Last Updated on
We really looked forward to visiting Chiang Mai in northern Thailand. Travel writers outdid themselves crafting clever similes to describe its ethereal beauty and local color. Others used one word repeatedly to describe it: amazing. That overworked description should have been our first clue that it would be anything but.
Just another tourist ghetto?
Perhaps Chiang Mai was once a magical place for a visit. But whatever attracted those early tourists has morphed into what our Canadian friend Markus calls a “tourist ghetto,” places where the visitor and their wallets are fresh meat. The amenities of such a place are usually no different from hundreds of other similar towns around the globe.
In Chiang Mai each block takes on a monotonous sameness: hostel, laundry, pub, souvenir shop, 7-11, cross the street and start over again. One sign of a tourist ghetto is a locale where the burger and fried chicken joints outnumber places offering the local cuisine, which in Thailand is a real sin.
Adding to the atmosphere, quite literally, is the incredible air pollution hovering over Chiang Mai. After spending a week hacking and wheezing through the gray air of Hanoi, we looked forward to finally getting out in the country and giving our overworked lungs a break. That was not to be.
Burning season in Chiang Mai
As our flight from Bangkok descended into the muck of Chiang Mai we noticed a change in the cabin air quality, as if some long-lost “Smoking” sign had turned on and the first twenty rows obliged. A view out the window revealed sporadic fires spewing various shades of gray on into the horizon. Farmers here engage in a form of slash-and-burn agriculture that creates a burning season as predictable as spring or summer. Add to this the local custom of burning trash wherever it sits and it appeared that we were descending into Dante’s Inferno.
When we got off the plane we noticed that the air was actually worse than Bangkok, a crowded city of 18 million people. Chiang Mai sits in a bowl formed by the nearby mountain ranges. All that smoke has to go somewhere but it can’t. Instead it gets breathed in and filtered by the people trapped below.
The sex trade in Chiang Mai
On the ground our impression of the place didn’t improve. We knew that Bangkok had a notorious red-light district and was a world leader in sex tourism. We didn’t think that Chiang Mai, a city with over 300 Buddhist temples also offered its own tawdry side.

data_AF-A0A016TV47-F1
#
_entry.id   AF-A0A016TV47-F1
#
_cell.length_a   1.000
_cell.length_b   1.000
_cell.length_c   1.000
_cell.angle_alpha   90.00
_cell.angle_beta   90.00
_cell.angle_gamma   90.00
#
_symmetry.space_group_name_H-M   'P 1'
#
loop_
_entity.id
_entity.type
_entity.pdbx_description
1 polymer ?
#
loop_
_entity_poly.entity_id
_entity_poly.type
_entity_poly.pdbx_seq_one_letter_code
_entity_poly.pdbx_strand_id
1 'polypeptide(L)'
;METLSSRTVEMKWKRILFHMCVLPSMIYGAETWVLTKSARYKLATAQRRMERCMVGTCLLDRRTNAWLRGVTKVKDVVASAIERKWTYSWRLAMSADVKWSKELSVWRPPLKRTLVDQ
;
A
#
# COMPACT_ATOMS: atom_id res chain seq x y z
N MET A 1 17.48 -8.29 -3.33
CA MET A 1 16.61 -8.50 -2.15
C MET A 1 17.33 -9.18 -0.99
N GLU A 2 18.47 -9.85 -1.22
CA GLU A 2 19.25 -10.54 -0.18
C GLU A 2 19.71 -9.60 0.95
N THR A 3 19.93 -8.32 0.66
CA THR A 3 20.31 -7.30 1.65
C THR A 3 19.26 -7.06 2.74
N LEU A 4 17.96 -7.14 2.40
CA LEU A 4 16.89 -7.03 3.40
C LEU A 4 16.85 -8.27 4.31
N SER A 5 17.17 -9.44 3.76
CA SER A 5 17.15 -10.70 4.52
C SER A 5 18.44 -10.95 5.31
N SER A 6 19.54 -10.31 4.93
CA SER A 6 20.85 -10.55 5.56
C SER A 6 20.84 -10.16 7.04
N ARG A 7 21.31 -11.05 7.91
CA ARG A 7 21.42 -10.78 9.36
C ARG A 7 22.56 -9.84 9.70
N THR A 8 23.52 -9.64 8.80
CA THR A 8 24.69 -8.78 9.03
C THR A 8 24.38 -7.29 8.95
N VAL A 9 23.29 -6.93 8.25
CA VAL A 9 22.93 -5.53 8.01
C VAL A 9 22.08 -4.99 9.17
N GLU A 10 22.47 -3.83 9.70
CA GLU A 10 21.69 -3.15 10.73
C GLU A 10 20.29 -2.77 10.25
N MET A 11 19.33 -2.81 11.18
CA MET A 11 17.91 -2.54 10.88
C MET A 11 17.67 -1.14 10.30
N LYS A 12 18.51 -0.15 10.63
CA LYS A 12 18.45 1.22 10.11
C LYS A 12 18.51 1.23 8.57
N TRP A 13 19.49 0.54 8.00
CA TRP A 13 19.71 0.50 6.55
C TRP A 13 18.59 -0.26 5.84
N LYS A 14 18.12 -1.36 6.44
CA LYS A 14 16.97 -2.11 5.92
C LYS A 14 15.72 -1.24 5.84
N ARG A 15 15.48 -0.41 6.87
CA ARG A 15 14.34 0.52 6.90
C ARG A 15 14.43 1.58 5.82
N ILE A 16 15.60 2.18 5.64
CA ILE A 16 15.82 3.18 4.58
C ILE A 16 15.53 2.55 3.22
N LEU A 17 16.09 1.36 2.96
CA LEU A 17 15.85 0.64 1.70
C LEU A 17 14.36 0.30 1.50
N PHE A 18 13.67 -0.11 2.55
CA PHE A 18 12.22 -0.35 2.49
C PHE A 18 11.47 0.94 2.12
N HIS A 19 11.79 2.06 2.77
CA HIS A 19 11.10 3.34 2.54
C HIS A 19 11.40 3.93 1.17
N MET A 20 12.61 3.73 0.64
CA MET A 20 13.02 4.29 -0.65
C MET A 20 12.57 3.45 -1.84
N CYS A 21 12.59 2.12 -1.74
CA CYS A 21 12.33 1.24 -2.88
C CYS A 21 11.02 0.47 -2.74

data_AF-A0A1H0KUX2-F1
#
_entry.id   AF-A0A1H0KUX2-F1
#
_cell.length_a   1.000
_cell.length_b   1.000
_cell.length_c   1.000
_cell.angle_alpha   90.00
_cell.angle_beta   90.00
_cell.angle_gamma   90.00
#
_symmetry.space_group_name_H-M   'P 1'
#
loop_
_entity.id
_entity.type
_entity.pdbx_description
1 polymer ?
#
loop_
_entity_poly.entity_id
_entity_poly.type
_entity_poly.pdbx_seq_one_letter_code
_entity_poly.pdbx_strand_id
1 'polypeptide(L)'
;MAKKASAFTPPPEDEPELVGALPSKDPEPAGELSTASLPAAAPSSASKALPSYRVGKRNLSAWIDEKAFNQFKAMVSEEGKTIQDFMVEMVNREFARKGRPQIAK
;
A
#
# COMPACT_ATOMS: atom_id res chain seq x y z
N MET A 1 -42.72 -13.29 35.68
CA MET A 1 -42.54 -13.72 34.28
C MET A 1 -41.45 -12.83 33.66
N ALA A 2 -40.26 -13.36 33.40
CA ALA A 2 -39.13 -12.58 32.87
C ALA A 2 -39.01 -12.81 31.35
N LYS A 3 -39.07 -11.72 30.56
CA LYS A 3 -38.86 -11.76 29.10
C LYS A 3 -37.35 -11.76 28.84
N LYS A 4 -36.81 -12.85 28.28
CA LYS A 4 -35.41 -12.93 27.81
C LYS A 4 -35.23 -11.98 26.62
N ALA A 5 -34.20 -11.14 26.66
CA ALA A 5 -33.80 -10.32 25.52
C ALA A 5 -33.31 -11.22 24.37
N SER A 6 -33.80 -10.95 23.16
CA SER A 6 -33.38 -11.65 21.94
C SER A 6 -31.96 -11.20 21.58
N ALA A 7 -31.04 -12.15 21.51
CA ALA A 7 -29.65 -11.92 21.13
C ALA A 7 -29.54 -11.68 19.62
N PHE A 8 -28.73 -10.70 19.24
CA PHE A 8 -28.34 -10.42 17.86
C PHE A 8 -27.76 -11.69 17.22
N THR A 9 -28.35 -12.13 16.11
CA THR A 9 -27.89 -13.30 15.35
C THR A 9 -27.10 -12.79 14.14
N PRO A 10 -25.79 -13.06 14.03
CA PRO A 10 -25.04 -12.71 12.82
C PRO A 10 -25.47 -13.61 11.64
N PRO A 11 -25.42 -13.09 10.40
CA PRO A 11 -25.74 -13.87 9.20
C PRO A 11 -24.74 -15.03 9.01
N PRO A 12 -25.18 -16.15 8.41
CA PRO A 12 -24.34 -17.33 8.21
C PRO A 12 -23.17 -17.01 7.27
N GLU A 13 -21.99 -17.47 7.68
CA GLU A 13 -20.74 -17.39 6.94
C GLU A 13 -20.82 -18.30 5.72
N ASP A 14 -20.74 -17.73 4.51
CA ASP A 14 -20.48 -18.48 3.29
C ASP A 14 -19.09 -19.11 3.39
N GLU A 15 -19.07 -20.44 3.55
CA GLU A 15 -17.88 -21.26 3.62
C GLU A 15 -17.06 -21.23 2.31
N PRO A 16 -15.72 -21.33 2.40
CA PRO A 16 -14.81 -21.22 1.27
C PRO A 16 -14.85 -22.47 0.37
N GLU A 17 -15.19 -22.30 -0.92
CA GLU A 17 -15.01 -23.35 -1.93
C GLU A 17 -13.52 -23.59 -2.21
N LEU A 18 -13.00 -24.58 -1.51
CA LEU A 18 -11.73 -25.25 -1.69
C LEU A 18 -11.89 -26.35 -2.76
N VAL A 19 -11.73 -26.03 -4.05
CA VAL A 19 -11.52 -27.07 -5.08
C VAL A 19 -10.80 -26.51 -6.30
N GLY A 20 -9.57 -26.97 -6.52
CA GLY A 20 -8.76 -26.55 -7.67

One night after dinner we strolled a few blocks from our hotel. We came upon a street that appeared to be the type of pub row found in many tourist areas. Upon looking in the open-air bars a little more closely we noticed that the typical male tended to be a Westerner in his 60s, gray-haired and paunch-bellied.
Sitting out in front of the pubs were clusters of understandably sullen twenty-year old Thai women available for the hour, the day, the week; legs splayed provocatively to show off their wares. Their lips were painted such a bright scarlet they practically glowed in the dark, as if they were each advertising their own personal red-light district. Now that’s a simile the writers never use to describe Chiang Mai.
What places have disappointed you in your travels?
Click on the link for our candid review of a rubbish-filled beach in Bali. Instead of a burning season this one has a “trash season.”
Chiang Mai air quality update
One of our readers suggested we do a bit more research on the air quality in Chiang Mai. We did and found this interesting story in the Bangkok Post which addresses some of the deteriorating air qualities issues in Northern Thailand. It looks like we were sort of fortunate because the air got even worse during the month after we left. Lesson learned here, even if a place sounds great do your own thorough research before going there. Since we’ve been traveling for so long we got a bit careless and didn’t do so.